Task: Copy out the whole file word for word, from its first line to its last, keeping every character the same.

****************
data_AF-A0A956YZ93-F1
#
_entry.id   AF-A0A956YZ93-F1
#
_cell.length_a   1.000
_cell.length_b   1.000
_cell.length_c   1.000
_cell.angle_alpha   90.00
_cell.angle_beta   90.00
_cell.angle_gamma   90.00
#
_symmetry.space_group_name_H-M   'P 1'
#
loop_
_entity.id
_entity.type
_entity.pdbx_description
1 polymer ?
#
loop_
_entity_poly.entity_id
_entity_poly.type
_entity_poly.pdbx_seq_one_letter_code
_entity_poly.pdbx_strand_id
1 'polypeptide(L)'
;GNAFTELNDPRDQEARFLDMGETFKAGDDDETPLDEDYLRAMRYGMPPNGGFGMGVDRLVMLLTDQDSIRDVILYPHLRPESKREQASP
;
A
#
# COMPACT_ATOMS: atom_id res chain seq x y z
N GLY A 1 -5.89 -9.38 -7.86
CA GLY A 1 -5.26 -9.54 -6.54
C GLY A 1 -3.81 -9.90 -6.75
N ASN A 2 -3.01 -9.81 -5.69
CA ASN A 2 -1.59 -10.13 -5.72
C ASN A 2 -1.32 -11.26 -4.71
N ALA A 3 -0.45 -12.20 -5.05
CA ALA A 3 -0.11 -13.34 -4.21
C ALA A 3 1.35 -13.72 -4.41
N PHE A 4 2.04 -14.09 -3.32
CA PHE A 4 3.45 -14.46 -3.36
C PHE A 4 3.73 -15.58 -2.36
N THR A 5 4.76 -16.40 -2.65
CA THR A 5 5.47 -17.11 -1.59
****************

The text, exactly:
data_AF-A0A956YZ93-F1
#
_entry.id   AF-A0A956YZ93-F1
#
_cell.length_a   1.000
_cell.length_b   1.000
_cell.length_c   1.000
_cell.angle_alpha   90.00
_cell.angle_beta   90.00
_cell.angle_gamma   90.00
#
_symmetry.space_group_name_H-M   'P 1'
#
loop_
_entity.id
_entity.type
_entity.pdbx_description
1 polymer ?
#
loop_
_entity_poly.entity_id
_entity_poly.type
_entity_poly.pdbx_seq_one_letter_code
_entity_poly.pdbx_strand_id
1 'polypeptide(L)'
;GNAFTELNDPRDQEARFLDMGETFKAGDDDETPLDEDYLRAMRYGMPPNGGFGMGVDRLVMLLTDQDSIRDVILYPHLRPESKREQASP
;
A
#
# COMPACT_ATOMS: atom_id res chain seq x y z
N GLY A 1 -5.89 -9.38 -7.86
CA GLY A 1 -5.26 -9.54 -6.54
C GLY A 1 -3.81 -9.90 -6.75
N ASN A 2 -3.01 -9.81 -5.69
CA ASN A 2 -1.59 -10.13 -5.72
C ASN A 2 -1.32 -11.26 -4.71
N ALA A 3 -0.45 -12.20 -5.05
CA ALA A 3 -0.11 -13.34 -4.21
C ALA A 3 1.35 -13.72 -4.41
N PHE A 4 2.04 -14.09 -3.32
CA PHE A 4 3.45 -14.46 -3.36
C PHE A 4 3.73 -15.58 -2.36
N THR A 5 4.76 -16.40 -2.65
CA THR A 5 5.47 -17.11 -1.59